But I do believe that better quarterbacking will make the receivers better. Specifically, a quarterback who has enough accuracy and velocity to consistently make throws through those fast-closing windows in coverage. Specifically, a quarterback who throws a catchable ball, one that the receivers can grab in stride. Specifically, a quarterback such as Brandon Weeden.

I believe the addition of senior assistant coach Nolan Cromwell, who has extensive background as a receivers coach, will make the Browns’ receivers better.

And, although you probably won’t like this answer, but I simply can’t envision as many drops as there were last season because it was such a ridiculously high total and I refuse to believe it can happen two years in a row.

You want more reasons? The addition of speedy rookie Travis Benjamin, the noticeable improvement in physical conditioning of the incumbent receivers, the likely vast upgrade that Trent Richardson will bring to the running game.

LOUIS- What are the chances of us acquiring a veteran wide out before season starts? 

Slim to none, Louis.

I have no sense whatsoever that the Browns’ decision-makers share the popular public opinion that more help is needed at receiver.

They truly like the receivers they have. They truly believe that the incumbents will show improvement as the rest of the offense gets better. They truly believed that Travis Benjamin will provide the big-play dynamic that is needed.

MICHAEL — I will like whatever we do as long as we win. Football may well be a diversion from life and there are way more important things, but I am fed up with us being so consistently bad year in and year out. As Al Davis used to say, “Just win baby!”

You’re right, Michael.

In the NFL, winning isn’t an option. To use another quote, this one from the title of an excellent book about Bill Parcells when he was coaching the New York Giants, there are “no medals for trying.”

I believe the pieces are being put together to turn the Browns into far more pleasant diversion for you and other fans.

>>Be sure to tune in Monday through Friday, 6 p.m. to 7 p.m. ET, for “Cleveland Browns Daily, Driven by Liberty Ford” on ESPN 850 WKNR or catch the live stream right here on ClevelandBrowns.com.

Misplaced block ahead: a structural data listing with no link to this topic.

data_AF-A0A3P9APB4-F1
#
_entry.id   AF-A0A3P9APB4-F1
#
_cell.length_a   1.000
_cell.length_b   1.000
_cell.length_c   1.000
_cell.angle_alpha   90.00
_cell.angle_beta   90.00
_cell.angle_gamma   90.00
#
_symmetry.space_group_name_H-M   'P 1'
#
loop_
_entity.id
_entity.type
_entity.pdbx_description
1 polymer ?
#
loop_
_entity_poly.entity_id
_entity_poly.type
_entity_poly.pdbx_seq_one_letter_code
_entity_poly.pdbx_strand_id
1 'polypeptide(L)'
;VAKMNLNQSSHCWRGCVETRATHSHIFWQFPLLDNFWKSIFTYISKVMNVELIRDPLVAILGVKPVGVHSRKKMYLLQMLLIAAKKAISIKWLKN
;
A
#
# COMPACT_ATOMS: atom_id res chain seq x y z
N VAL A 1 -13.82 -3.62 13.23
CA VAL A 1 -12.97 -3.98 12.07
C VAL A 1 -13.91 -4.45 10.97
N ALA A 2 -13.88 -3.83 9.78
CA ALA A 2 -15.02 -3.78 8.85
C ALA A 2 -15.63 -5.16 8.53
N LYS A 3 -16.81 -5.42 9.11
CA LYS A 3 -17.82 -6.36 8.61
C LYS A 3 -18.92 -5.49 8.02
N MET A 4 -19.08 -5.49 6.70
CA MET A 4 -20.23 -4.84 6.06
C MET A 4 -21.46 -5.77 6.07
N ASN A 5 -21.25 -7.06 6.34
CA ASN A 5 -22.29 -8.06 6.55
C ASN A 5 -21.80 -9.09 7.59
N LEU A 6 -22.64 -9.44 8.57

>>Have a question for “Cleveland Browns Daily, Driven by Liberty Ford”? Ask me at Twitter.com/viccarucci


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Cameron has dynamic potential

Posted by Vic Carucci on June 29, 2012 – 12:56 am

By Vic Carucci, Senior Editor

You’ve got questions and comments that you submit to the Browns’ official Facebook and Twitter pages. Here’s what I have to say about what you have to say:

Morgan – What can we expect from Cleveland’s tight end position this season? It seems we had begun to acquire more than we had much use for. Benjamin Watson is the starter and the most well rounded in terms of blocking/catching. Evan Moore has proven to be an adequate pass catcher at times and is listed as second on the depth chart. He isn’t being viewed in the same light as a Rob Gronkowski-, Aaron Hernandez-, Jimmy Graham-type of tight end, though. One Browns tight end who could take on that type of role is Jordan Cameron possibly.

I think the Browns have a good group of tight ends. I don’t know if there is a great one among them, but I think it is strong enough to help the offense make noticeable progress.

All of the Browns’ tight ends should benefit from better quarterbacking and a more effective rushing attack, although I do think that Cameron probably has the greatest potential to a climb to a more dynamic level. His performance throughout the offseason indicated as much. He looks bigger and stronger, yet displays the tremendous athleticism that was his signature at USC.

It was easy to see why Browns coach Pat Shurmur called him his most improved player.

Austin – I’m worried with Brandon Weeden being a rookie at this age. What do you think? I believe Trent Richardson was the best NFL-ready player available this year. Agree or disagree?

I’m not at all worried about Brandon Weeden’s age. I don’t think it will prevent him from being the highly effective/successful quarterback the Browns believe he can be and need him to be.

When you’re judging Weeden from a shelf-life standpoint, there are multiple windows to consider. The first is three to five years, and that’s the only one that really matters right now. I do appreciate the passion of those who are worried about that second window, which is, “What kind of quarterback is he going to be for the Browns in 10 years when he’s 39 years old?”

But I think that would be a great problem for the Browns to have, because it would mean Weeden performed well through those first three to five seasons of his career. When was the last time the Browns had someone who did that at quarterback?

As for Richardson, a running back selected as high as he was should be expected to make a significant contribution immediately. He certainly looks as if he could be that guy, especially with what he brings as a receiver and blocker along with his tremendous rushing ability.

However, there is still plenty for him to learn about the complexities of the Browns’ offense and of the defenses he will face in the NFL. There’s going to be some level of patience required, although I fully expect he will make a positive impact right away.

>>Be sure to tune in Monday through Friday, 6 p.m. to 7 p.m. ET, for “Cleveland Browns Daily, Driven by Liberty Ford” on ESPN 850 WKNR or catch the live stream right here on ClevelandBrowns.com.